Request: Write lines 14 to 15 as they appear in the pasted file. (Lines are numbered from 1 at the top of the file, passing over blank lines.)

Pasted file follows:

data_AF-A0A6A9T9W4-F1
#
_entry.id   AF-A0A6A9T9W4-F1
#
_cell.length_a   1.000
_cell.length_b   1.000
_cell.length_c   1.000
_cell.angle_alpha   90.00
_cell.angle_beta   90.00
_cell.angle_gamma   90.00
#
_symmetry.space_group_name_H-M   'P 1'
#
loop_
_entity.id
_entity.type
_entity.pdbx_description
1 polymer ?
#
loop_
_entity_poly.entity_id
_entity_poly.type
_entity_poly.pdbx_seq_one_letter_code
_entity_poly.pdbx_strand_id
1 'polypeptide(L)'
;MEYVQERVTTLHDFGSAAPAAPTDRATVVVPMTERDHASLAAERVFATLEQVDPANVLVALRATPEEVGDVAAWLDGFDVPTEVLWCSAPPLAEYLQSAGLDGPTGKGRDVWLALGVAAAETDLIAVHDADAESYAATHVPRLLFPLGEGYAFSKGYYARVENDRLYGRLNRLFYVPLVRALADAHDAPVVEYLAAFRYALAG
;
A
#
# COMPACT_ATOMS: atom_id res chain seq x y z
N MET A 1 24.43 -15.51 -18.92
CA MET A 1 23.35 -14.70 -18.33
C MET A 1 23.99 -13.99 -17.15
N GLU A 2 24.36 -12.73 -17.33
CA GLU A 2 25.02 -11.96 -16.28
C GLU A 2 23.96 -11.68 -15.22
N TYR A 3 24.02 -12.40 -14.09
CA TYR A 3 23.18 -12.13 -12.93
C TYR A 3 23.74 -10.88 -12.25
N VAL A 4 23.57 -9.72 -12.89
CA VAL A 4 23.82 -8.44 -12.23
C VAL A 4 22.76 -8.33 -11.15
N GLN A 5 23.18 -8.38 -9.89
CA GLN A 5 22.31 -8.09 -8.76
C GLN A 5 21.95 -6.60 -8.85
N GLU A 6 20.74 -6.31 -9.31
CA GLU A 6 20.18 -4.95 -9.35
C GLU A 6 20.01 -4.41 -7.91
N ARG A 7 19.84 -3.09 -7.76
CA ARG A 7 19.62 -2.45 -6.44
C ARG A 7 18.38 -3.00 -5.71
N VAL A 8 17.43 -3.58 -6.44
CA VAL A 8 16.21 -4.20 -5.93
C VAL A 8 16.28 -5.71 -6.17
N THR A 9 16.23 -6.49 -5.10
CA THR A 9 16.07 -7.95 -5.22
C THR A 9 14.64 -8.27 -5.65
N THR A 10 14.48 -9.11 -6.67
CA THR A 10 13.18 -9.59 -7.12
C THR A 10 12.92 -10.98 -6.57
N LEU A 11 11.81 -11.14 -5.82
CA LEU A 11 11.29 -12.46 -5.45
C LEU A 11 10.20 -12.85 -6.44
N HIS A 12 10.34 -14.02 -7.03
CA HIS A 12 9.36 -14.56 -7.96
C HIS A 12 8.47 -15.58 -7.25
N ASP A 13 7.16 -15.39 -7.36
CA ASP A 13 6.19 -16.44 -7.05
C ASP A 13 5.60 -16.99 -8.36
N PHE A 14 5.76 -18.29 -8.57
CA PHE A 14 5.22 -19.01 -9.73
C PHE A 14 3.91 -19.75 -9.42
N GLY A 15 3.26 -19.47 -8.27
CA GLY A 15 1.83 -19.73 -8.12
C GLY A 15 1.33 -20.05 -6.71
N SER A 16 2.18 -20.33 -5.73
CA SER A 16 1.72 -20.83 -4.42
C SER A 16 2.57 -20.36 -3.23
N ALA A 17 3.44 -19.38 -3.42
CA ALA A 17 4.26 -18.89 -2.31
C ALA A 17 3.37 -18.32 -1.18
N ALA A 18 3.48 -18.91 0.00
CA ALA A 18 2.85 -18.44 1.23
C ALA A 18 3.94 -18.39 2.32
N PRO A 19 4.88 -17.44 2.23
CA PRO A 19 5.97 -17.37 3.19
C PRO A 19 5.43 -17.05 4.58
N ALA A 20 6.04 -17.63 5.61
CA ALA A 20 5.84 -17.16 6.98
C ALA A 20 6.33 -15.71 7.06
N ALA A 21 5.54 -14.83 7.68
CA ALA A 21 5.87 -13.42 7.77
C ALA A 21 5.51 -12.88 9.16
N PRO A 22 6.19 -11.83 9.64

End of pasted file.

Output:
loop_
_entity.id